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What is Home?

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What is home? A specific geography, a city, a neighbourhood?  Perhaps it’s the smell of your grandmother’s cooking invading every room of a place, that makes it home. Is it the culture we are familiar with and part of? I let the question sit in for a moment, while I ponder answers.

It goes deeper than a zip code, and even the aroma of familiarity. Home is where our history is carefully housed. Our personhood is known, our roots contained. Home is where our belongings belong. Is wherever we are welcomed to spend that safe, restful series of moments when we most need them. Home is a familiar, effortless, sense of acceptance. Whatever gives us this, is the closest to home we have.

For me, being a child of divorce at a very early age, the idea was fragmented from the beginning. Soon after I was sent abroad to live and study. It would define my formative years. While it was a blessing no doubt, I was no closer to having a sense of home among various geographies and accents.

I’ve observed others with a more cohesive upbringing for whom home is clearly defined in terms of geography and family. Rooted in clear and coherent memories that thread an entire personal history. For me, this has always been the experience of an outsider looking in. I understand it but am unable to relate to it.

Sharing this as a 20 something, I remember my mentor -at the time in her 40’s- gently mentioning that Jesus did not have a place to lay his head. The Son of God, God made man, did not have a home while he walked the earth. In my heart, I ask why? Part of the answer, I think, is because He already had a home. It’s simplistic and I am sure there is much more to it. I see that it models something for us. Most of us know more physical comforts in this life than Jesus ever did. The simple often taken for granted gift of a permanent address and a bed were things he did not have, here.

The fact that most of us have an address and a bed is a blessing and evidence of God’s grace in our lives. The fact that He didn’t models for us a vision and intention of His time here. It was a trajectory to a final destination. Earth was not His home, but a temporary dwelling to accomplish the Father’s purpose. As Scripture says, He didn’t come to be served but to serve. No Jesus didn’t come to be comfortable, but to be broken for the broken.

So, how did He live out the concept of home? The safety, acceptance, and assurance that home represents, Jesus found in the Father. His utter dependence on God the Father was his home while here. It kept him anchored to the Truth of Who He was and Where his permanent address was; in heaven at the right hand of the Father. This was his source and point of reference, on how to live in the temporary place where he didn’t have a place to lay his head.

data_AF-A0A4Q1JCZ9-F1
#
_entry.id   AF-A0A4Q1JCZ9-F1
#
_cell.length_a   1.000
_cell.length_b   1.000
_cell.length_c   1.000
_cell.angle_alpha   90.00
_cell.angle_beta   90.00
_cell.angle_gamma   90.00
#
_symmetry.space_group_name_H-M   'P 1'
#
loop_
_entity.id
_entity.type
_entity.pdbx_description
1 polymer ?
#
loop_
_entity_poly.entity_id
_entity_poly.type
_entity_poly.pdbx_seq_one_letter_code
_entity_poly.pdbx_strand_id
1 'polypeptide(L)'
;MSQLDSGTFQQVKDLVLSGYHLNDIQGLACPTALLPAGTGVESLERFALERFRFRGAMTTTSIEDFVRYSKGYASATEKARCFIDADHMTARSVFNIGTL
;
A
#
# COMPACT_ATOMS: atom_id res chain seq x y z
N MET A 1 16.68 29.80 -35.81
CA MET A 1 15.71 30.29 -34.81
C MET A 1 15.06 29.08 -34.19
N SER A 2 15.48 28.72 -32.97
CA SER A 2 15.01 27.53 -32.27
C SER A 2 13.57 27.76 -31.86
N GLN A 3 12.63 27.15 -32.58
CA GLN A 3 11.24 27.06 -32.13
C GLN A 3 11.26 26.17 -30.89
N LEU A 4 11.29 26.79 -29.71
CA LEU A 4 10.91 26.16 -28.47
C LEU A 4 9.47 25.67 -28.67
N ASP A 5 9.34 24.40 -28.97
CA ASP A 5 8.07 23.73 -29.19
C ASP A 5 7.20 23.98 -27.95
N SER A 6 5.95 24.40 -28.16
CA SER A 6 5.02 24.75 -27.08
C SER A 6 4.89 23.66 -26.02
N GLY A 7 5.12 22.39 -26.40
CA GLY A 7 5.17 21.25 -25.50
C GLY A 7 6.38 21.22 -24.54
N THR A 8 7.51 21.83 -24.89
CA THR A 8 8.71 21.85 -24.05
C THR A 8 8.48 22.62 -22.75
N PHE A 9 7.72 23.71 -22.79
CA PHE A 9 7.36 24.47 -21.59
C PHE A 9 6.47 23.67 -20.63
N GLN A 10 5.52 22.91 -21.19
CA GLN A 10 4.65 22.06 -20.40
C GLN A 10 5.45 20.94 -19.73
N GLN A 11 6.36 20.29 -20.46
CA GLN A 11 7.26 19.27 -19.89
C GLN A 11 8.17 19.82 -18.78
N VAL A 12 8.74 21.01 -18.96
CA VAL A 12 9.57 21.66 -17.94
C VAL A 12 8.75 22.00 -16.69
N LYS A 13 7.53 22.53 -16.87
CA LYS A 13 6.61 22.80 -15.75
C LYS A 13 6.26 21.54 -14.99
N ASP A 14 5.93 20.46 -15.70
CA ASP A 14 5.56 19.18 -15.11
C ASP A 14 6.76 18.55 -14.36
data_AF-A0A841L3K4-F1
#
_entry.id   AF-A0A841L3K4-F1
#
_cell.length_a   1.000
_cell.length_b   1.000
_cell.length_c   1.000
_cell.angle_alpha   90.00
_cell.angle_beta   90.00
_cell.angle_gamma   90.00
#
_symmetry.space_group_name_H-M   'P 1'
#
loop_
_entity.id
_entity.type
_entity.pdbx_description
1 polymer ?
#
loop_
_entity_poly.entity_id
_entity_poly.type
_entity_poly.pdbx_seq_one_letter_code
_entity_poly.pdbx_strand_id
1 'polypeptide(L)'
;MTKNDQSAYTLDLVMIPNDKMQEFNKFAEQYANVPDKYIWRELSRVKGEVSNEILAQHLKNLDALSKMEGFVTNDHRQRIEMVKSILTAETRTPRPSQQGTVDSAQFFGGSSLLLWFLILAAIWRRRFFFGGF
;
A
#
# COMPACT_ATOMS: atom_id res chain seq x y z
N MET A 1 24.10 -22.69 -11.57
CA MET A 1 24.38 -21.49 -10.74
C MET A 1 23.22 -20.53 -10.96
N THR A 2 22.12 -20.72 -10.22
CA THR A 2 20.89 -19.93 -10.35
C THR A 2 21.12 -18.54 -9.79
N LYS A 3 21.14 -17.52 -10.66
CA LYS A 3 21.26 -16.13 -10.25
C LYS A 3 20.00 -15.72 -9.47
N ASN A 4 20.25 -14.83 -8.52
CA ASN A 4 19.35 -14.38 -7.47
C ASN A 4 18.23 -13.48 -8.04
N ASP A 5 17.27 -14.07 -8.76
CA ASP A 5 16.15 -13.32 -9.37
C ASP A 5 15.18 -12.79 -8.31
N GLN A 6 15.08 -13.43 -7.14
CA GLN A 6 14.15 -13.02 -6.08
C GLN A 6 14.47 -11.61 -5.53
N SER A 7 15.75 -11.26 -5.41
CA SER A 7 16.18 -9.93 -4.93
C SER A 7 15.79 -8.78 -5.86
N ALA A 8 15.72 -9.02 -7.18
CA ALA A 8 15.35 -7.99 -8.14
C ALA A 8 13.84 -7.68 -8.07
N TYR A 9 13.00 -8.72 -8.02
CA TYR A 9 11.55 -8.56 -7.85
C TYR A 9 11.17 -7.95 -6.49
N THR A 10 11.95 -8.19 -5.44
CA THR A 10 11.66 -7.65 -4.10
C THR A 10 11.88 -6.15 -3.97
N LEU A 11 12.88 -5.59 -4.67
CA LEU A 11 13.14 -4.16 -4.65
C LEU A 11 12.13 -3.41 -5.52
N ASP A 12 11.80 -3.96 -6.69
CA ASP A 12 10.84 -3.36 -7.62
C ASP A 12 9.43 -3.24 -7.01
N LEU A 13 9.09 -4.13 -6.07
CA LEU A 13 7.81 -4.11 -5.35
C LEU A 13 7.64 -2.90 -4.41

He didn’t have a home here, because he came to build a kingdom. A kingdom for which he was the cornerstone. He came to give his life as a ransom for many. Obedience to that purpose, and dependence on his Father to carry it out, is where he rested. That intimacy shared with the Father was the source of his actions while he was on earth. Actions that included washing feet, feeding crowds, healing the sick, confronting the proud, speaking Truth, and forgiving sins. In doing so Jesus was modelling the kind of home he came from and what kind of kingdom he came to build.

Everything changes when you become a believer and follower of Jesus. Everything inside of you that is. So much on the outside remains the same. Life’s hard things, people, and situations may never change. My background is still my background. Becoming a believer didn’t change how my life began and the weight thereof. But it did change me. From within. Deeply. And forever. Including what home, I look for.

For me, the ache of not having is an invitation to wait for the kingdom. It’s an active waiting. I wait for it as I learn to depend on God more than on myself. I anticipate it and feel I am getting small glimpses of it when I share with others joyful moments that feel otherworldly. It is a welcomed blessing in that way. It’s a good hunger to have, that says this is not the main course. The feast is yet to come.

Over the years, so many close friends have shown me with their love, a foretaste of that feast. They have taught me so well by example what it means to wash someone’s feet. They’ve made, quite literally, an eternal difference in my life.

Whether home is a well-defined place of comfort, one lost due to life’s circumstances, or an elusive concept altogether; the offer is the same. Let Him hold you and all your personal history. Learn to rest and lay down your head in the safety of the Father. Let yourself belong to Him. That’s what Jesus did while here. And what he came to do; make a way for us to have our home with Him.